Alex Vitale agrees, which is why he’s turning his efforts toward the 2013 elections. At the same time, he’s working with others in PROP to push for the creation of an independently funded body, with subpoena power, to oversee citywide policing practices. He’s further advocating that the State Attorney General develop a “Blue Desk” to wrest prosecutorial authority from borough district attorneys in cases of possible police misconduct. “Local district attorneys have an inherent conflict of interest since they need the cooperation of local police departments to carry out criminal prosecutions,” Vitale says. “The impact of this is often subtle, but since the D.A. is the only one to bring evidence to the grand jury in cases of alleged N.Y.P.D. wrongdoing, it’s open to abuse.”

PROP members are also studying other police departments and are paying particular attention to Operation CeaseFire, a community-centered approach that specifically targets known gang members and drug crews. Under the program, public officials, clergy, community residents, social service providers, and law enforcement offcials offer alternative sentencing to non-violent offenders and adamantly avoid racial profiling and routine stop-and-frisk operations. By focusing exclusively on people suspected of actual wrongdoing, cities including Chicago, Newark, and Los Angeles have made significant headway in repairing relations between police and local residents.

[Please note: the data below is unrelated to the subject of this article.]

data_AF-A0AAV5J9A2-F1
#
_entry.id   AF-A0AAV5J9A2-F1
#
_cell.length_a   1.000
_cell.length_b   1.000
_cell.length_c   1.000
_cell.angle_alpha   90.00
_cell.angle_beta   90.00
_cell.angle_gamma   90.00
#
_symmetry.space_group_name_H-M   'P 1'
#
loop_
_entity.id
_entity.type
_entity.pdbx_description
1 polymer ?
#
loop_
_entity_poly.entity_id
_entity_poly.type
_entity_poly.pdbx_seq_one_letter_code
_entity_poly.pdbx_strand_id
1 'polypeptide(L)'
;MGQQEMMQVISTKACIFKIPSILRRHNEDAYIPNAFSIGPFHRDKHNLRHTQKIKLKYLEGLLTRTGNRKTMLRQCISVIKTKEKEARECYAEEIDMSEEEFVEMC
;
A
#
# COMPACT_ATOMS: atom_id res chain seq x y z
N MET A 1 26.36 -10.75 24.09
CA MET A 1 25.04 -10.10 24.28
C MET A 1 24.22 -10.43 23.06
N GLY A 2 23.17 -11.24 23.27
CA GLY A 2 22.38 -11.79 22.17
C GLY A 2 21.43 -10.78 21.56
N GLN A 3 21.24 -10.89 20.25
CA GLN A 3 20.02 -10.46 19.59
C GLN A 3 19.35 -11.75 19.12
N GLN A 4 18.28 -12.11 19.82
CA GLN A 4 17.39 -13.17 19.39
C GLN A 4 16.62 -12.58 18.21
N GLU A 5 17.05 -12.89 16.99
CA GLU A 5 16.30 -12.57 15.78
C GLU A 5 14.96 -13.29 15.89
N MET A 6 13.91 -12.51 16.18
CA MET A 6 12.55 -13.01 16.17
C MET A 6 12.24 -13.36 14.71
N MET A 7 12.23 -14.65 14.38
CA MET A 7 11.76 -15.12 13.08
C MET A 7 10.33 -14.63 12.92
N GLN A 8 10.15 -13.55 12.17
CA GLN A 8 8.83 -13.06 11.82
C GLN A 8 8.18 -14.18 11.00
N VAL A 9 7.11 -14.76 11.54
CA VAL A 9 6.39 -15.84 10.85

Whether Operation CeaseFire can work in New York City is anyone’s guess. But PROP cautions that the city can ill afford to continue its current practices. The group notes that the city has been forced to pay a whopping $500 million in excessive force settlements since 2006—a sum that could clearly be better spent on education, healthcare, parks, and public safety.

Contributor

Eleanor J. Bader